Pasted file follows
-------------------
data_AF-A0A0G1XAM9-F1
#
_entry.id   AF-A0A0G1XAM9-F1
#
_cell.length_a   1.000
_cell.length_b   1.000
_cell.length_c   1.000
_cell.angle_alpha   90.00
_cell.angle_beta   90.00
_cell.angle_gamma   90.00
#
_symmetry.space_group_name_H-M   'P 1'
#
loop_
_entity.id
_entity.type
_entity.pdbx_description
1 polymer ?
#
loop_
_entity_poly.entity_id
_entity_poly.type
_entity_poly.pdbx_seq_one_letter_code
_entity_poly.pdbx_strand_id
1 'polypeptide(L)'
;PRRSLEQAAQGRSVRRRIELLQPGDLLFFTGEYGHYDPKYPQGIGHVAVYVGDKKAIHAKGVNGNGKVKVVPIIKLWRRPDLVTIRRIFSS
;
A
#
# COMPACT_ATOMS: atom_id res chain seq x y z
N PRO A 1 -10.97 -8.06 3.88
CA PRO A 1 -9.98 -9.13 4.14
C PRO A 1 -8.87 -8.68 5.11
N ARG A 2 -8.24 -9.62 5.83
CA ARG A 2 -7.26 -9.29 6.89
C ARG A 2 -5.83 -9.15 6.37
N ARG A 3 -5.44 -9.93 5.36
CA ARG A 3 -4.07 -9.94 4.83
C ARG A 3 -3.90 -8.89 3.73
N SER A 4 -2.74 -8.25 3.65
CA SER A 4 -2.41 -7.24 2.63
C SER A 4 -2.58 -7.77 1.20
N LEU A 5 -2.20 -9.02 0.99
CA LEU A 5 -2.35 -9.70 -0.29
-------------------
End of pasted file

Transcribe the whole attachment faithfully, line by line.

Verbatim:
data_AF-A0A0G1XAM9-F1
#
_entry.id   AF-A0A0G1XAM9-F1
#
_cell.length_a   1.000
_cell.length_b   1.000
_cell.length_c   1.000
_cell.angle_alpha   90.00
_cell.angle_beta   90.00
_cell.angle_gamma   90.00
#
_symmetry.space_group_name_H-M   'P 1'
#
loop_
_entity.id
_entity.type
_entity.pdbx_description
1 polymer ?
#
loop_
_entity_poly.entity_id
_entity_poly.type
_entity_poly.pdbx_seq_one_letter_code
_entity_poly.pdbx_strand_id
1 'polypeptide(L)'
;PRRSLEQAAQGRSVRRRIELLQPGDLLFFTGEYGHYDPKYPQGIGHVAVYVGDKKAIHAKGVNGNGKVKVVPIIKLWRRPDLVTIRRIFSS
;
A
#
# COMPACT_ATOMS: atom_id res chain seq x y z
N PRO A 1 -10.97 -8.06 3.88
CA PRO A 1 -9.98 -9.13 4.14
C PRO A 1 -8.87 -8.68 5.11
N ARG A 2 -8.24 -9.62 5.83
CA ARG A 2 -7.26 -9.29 6.89
C ARG A 2 -5.83 -9.15 6.37
N ARG A 3 -5.44 -9.93 5.36
CA ARG A 3 -4.07 -9.94 4.83
C ARG A 3 -3.90 -8.89 3.73
N SER A 4 -2.74 -8.25 3.65
CA SER A 4 -2.41 -7.24 2.63
C SER A 4 -2.58 -7.77 1.20
N LEU A 5 -2.20 -9.02 0.99
CA LEU A 5 -2.35 -9.70 -0.29